Son Sen assumed the post of supreme commander of the insurgent national army of Democratic Kampuchea on the ostensible retirement of Pol Pot in August 1985. He was removed from that position some time after the Paris peace agreements following the International Conference on Cambodia in October 1991 because of contention among the Khmer Rouge leadership over complying with its provisions; but was reported as having been reinstated to senior command in April 1994.
Son Sen was born in 1930 in southern Vietnam among the settled Cambodian minority. He was educated in Phnom Penh and then in the 1950s in Paris, where he became a member of a Marxist group of Cambodian students at whose center was Saloth Sar (Pot Pot). On his return to Cambodia, he became director of studies at the National Teaching Institute as well as a leading member of the reconstituted Communist Party of Cambodia. He fled from the capital in 1963 to escape from Prince Norodom Sihanouk's secret police and is believed to have spent time in Hanoi.
By 1971 he had become chief of staff of the Cambodian People's National Liberation Armed Forces engaged in challenging the government in Phnom Penh headed by Lon Nol. After the Khmer Rouge seized power in April 1975, he became a deputy prime minister and minister of defense until the Vietnamese invasion at the end of 1978. He continued in that role in directing the military challenge of the ousted Khmer Rouge against the Vietnamese occupation and the government established in Phnom Penh.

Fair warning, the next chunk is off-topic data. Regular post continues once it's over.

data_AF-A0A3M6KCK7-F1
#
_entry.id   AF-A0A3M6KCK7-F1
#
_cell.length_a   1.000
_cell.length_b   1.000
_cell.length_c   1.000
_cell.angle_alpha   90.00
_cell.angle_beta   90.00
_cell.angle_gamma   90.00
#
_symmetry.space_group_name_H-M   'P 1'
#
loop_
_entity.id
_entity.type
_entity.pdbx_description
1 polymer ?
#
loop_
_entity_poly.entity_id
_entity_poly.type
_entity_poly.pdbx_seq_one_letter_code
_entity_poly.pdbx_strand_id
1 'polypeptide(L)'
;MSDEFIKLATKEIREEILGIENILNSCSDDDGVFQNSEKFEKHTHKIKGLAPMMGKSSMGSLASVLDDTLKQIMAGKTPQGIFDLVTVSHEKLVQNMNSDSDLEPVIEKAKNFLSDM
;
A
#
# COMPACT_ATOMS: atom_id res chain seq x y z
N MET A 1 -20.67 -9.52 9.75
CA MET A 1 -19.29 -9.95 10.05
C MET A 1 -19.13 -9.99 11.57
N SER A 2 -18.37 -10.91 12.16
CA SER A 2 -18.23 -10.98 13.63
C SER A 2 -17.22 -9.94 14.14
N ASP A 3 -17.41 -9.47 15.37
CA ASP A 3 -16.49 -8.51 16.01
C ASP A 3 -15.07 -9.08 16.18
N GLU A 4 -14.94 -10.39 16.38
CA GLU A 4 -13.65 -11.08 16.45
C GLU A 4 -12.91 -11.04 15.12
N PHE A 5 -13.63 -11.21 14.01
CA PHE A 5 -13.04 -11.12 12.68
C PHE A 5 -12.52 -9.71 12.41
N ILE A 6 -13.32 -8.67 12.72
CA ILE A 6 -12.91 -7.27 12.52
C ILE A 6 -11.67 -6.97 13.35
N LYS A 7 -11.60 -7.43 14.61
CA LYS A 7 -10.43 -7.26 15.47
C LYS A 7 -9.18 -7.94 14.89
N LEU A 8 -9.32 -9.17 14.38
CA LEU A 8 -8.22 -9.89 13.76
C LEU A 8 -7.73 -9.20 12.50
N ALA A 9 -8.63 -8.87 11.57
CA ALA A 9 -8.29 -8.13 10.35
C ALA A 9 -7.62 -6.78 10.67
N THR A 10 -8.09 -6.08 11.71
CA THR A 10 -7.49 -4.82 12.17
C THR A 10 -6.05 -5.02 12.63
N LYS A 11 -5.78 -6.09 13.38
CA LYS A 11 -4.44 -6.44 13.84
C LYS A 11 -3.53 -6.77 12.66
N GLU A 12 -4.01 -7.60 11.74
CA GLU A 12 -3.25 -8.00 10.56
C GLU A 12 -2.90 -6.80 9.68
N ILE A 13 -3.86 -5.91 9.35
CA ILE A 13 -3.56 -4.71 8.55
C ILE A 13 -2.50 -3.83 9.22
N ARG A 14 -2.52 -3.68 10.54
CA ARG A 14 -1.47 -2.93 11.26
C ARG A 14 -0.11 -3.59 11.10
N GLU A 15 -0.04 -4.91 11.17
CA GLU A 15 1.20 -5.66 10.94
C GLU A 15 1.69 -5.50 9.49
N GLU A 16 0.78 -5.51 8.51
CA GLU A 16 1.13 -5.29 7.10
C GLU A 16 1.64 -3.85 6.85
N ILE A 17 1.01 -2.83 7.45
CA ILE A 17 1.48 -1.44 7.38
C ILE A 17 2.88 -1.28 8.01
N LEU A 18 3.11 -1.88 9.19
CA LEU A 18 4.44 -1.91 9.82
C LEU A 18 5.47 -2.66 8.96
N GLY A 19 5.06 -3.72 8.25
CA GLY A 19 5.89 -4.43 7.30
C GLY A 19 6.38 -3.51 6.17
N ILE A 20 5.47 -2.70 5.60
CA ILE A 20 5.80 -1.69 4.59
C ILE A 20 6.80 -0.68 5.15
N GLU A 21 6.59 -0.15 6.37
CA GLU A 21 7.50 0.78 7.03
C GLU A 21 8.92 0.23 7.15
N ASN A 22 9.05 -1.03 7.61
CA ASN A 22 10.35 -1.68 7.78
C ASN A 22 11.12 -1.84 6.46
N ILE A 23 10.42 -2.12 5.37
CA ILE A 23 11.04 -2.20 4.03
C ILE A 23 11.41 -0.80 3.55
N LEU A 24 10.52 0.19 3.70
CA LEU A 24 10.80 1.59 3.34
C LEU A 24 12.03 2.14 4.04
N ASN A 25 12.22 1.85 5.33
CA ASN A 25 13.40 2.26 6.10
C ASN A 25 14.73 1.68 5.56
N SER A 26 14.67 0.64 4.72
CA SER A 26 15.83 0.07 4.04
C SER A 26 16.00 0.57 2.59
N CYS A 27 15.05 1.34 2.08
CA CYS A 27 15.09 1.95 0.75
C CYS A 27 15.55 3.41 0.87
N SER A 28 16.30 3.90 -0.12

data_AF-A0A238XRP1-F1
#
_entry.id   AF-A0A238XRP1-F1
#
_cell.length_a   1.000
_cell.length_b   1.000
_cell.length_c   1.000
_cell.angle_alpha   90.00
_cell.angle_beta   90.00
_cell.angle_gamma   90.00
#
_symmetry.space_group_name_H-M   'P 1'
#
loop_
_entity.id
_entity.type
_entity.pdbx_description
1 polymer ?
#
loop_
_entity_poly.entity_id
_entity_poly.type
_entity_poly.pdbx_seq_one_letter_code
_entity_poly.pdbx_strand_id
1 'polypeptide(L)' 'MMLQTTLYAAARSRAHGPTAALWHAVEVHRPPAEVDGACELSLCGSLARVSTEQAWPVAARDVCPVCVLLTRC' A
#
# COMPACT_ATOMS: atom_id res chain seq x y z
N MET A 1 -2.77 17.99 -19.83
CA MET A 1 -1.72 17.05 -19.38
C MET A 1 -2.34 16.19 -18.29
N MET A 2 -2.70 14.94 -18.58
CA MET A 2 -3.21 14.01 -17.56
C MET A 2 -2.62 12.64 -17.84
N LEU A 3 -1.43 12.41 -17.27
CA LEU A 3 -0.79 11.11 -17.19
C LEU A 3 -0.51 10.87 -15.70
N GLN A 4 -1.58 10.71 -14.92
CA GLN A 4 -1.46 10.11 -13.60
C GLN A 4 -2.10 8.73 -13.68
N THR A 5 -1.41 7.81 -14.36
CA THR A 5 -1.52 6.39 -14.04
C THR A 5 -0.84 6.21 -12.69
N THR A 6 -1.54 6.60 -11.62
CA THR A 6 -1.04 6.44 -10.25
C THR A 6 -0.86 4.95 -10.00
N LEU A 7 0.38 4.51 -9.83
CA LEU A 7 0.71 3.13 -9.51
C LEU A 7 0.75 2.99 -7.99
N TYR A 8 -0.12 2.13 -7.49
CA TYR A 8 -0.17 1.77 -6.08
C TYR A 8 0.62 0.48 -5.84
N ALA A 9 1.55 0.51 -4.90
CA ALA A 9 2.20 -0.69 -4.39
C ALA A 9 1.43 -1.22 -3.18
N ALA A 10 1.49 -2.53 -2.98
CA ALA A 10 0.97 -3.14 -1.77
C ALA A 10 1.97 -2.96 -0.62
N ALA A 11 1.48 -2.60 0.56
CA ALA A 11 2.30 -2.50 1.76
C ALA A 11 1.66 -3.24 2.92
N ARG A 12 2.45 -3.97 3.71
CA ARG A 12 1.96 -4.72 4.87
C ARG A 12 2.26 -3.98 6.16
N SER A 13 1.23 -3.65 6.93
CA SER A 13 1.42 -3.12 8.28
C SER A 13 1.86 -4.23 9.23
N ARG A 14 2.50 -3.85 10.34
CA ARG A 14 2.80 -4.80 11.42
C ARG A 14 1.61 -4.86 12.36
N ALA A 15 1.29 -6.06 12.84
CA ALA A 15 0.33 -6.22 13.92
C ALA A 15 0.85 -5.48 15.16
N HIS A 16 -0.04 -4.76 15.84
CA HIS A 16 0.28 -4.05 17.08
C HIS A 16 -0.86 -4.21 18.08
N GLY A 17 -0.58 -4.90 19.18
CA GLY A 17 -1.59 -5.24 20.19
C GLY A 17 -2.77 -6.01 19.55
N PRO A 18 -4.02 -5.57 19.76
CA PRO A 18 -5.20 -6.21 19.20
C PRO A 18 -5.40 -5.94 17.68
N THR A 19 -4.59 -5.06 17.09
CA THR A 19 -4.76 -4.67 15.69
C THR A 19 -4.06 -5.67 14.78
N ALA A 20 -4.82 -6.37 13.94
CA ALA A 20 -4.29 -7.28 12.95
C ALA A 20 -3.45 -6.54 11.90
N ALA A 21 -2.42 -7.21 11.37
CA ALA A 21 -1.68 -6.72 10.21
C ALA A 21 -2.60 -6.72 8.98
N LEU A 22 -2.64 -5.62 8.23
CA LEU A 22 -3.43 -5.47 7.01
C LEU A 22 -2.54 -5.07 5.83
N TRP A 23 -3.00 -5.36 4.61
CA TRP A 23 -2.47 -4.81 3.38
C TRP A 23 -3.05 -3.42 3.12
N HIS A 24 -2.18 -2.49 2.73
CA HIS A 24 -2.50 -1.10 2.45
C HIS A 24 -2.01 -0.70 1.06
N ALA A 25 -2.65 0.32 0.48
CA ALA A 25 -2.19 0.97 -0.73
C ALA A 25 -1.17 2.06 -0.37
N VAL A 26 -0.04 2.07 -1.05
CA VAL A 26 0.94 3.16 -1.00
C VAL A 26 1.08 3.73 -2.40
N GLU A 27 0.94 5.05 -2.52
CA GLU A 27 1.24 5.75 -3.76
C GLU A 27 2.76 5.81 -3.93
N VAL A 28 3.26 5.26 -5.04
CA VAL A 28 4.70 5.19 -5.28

He was a party to the political machinery set up to implement the political settlement for Cambodia and was a Khmer Rouge member of the Supreme National Council in Phnom Penh until April 1993, when its delegation withdrew in protest at the forthcoming elections. At one time regarded as the fourth-ranking member of the Khmer Rouge hierarchy, he is believed to have engaged in factional rivalry with Pol Pot and to have been implicated in the murder of a British university teacher, Malcolm Caldwell, in Phnom Penh in December 1978.
Son Sen currently has family residing in southeast Virginia, United States after having fled Vietnam in 1983.